Mganga says that the lives of the people from Nungwi village and its surrounding areas have now changed for the better.
“Almost all the people living in the area now have access to clean and safe water. Families can now wash their hands and clothes, and bathe properly. Subsequently, there has been improved sanitation,” says Mganga.
UNDP country director for Tanzania, Philippe Poinsot, tells IPS that the AAP is focused on improving the supply of clean and safe water to households through pilot projects.
“Women and children were walking for too long to fetch water from dirty surface water points (and consumption of this water) had accelerated ill health,” Philippe says. The rampant use of unclean water in Nungwi village led to an increase in pneumonia and skin diseases. Local health authorities say there has since been a decrease in these cases.
Ally Jabir Haiza, Zanzibar’s district health officer, tells IPS that the water from shallow wells along the island’s coast was tested and found to be excessively salty. This, he explains, impacted on healthcare in the area. In Unguja, a newly built maternity ward could not be used because of the shortage of clean water.
“Students too could not concentrate on their studies because they were frequently worried about fetching water when they returned home. And they were already tired when they commenced their lessons in the morning (from going to fetch water before school).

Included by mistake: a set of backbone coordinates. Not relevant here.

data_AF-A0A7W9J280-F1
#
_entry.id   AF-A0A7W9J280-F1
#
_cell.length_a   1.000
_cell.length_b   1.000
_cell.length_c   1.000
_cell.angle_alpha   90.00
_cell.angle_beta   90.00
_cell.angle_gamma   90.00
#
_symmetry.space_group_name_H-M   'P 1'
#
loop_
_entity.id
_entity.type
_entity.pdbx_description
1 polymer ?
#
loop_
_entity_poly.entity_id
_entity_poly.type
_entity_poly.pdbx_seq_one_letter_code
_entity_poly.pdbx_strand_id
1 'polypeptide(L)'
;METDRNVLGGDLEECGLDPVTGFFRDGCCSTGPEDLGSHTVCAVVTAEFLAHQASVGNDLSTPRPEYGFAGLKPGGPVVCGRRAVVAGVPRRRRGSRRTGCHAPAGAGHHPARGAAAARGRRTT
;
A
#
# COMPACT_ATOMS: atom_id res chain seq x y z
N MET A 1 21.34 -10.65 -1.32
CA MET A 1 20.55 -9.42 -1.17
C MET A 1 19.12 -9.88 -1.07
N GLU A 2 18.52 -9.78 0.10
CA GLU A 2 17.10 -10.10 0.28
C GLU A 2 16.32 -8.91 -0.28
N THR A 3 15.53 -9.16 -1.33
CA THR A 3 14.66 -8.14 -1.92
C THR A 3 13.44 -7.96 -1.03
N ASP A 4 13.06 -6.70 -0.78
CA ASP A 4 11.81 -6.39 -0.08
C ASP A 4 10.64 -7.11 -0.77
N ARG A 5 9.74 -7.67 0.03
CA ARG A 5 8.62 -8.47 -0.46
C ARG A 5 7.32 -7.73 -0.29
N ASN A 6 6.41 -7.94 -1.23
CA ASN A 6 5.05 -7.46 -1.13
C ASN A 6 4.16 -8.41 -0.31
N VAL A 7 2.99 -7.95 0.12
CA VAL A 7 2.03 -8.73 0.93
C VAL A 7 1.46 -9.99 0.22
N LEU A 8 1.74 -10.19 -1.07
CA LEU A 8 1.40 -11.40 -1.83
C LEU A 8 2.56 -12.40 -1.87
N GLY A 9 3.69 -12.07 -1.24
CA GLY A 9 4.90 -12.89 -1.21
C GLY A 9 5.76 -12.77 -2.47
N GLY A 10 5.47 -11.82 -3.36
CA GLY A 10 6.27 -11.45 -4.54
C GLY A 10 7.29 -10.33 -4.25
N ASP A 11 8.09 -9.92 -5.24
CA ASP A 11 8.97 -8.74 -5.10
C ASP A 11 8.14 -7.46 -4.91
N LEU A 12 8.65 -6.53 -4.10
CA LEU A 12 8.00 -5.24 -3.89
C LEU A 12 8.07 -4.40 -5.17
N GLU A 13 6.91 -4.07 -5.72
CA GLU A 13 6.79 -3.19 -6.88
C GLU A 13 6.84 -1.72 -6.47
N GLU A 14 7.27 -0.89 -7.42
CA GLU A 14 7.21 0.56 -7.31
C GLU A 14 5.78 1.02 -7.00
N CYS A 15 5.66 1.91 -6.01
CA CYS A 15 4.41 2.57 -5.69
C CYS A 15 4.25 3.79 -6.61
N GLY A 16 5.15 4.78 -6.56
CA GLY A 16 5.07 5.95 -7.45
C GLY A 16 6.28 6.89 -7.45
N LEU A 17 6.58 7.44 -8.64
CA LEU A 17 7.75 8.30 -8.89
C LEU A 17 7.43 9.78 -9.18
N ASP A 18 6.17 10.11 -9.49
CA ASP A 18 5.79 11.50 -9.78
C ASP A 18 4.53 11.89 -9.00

“Sometimes new mothers from Nungwi, who were experiencing postpartum stress, were forced to walk down the three-km road to fetch water from the nearest fresh water well,” says Hiza.
But now that fresh water is being piped in, the residents of Nungwi village have access to more water – some 20 litres per day compared to the five litres a day they collected from their nearest fresh water wells.
According to Sheha Mjanja, director of environment in Zanzibar’s Vice President’s Office, several surveys conducted over the past 10 years have confirmed that the island is vulnerable to the impact of climate change, particularly rising sea levels and beach erosion.
“The impact of climate change in Nungwi village is one of the biggest challenges at the moment. The water is quickly eating into the land and we fear the situation could worsen,” Mjanja tells IPS.
Mjanja adds that rising sea levels could cause a serious water shortage on the island as salt water is increasingly seeping into the ground water supply.
He says that the government is currently preparing a strategy paper to address the impact of climate change here and hopes to involve the private sector in implementing solutions.
Meanwhile, the elders here are witness to the impact climate change has had on this island. One community elder, 58-year-old Masoud Haji, tells IPS that over the years sea levels have risen about 80 metres.
“In December, we didn’t see any rains, compared to when I was young. The ocean was far from the shore, but it has now risen … the villages used to be far from the shore, but now everyone lives close to the ocean,” Haji says.